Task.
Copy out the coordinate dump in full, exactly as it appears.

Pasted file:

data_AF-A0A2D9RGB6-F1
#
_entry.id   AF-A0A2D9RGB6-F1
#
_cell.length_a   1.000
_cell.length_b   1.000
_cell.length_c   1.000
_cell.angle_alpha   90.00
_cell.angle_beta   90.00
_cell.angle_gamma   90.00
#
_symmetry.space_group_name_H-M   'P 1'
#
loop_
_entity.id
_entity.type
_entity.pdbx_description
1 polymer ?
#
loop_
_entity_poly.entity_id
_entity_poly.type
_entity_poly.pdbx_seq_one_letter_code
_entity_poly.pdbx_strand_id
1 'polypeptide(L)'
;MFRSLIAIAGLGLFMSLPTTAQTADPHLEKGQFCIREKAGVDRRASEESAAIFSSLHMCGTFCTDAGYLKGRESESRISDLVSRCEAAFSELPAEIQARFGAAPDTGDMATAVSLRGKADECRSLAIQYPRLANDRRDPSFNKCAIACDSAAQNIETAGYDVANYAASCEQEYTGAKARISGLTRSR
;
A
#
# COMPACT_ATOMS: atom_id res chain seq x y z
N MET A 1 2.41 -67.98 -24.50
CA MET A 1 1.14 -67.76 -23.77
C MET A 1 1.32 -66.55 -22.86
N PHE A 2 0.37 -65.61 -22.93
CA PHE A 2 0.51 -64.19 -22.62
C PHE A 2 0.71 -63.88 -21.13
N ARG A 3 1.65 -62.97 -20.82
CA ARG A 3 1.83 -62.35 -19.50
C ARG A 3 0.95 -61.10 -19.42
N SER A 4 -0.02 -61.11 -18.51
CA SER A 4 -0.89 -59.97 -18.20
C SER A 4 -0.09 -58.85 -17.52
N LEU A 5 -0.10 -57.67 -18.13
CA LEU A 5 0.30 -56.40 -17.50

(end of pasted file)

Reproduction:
data_AF-A0A2D9RGB6-F1
#
_entry.id   AF-A0A2D9RGB6-F1
#
_cell.length_a   1.000
_cell.length_b   1.000
_cell.length_c   1.000
_cell.angle_alpha   90.00
_cell.angle_beta   90.00
_cell.angle_gamma   90.00
#
_symmetry.space_group_name_H-M   'P 1'
#
loop_
_entity.id
_entity.type
_entity.pdbx_description
1 polymer ?
#
loop_
_entity_poly.entity_id
_entity_poly.type
_entity_poly.pdbx_seq_one_letter_code
_entity_poly.pdbx_strand_id
1 'polypeptide(L)'
;MFRSLIAIAGLGLFMSLPTTAQTADPHLEKGQFCIREKAGVDRRASEESAAIFSSLHMCGTFCTDAGYLKGRESESRISDLVSRCEAAFSELPAEIQARFGAAPDTGDMATAVSLRGKADECRSLAIQYPRLANDRRDPSFNKCAIACDSAAQNIETAGYDVANYAASCEQEYTGAKARISGLTRSR
;
A
#
# COMPACT_ATOMS: atom_id res chain seq x y z
N MET A 1 2.41 -67.98 -24.50
CA MET A 1 1.14 -67.76 -23.77
C MET A 1 1.32 -66.55 -22.86
N PHE A 2 0.37 -65.61 -22.93
CA PHE A 2 0.51 -64.19 -22.62
C PHE A 2 0.71 -63.88 -21.13
N ARG A 3 1.65 -62.97 -20.82
CA ARG A 3 1.83 -62.35 -19.50
C ARG A 3 0.95 -61.10 -19.42
N SER A 4 -0.02 -61.11 -18.51
CA SER A 4 -0.89 -59.97 -18.20
C SER A 4 -0.09 -58.85 -17.52
N LEU A 5 -0.10 -57.67 -18.13
CA LEU A 5 0.30 -56.40 -17.50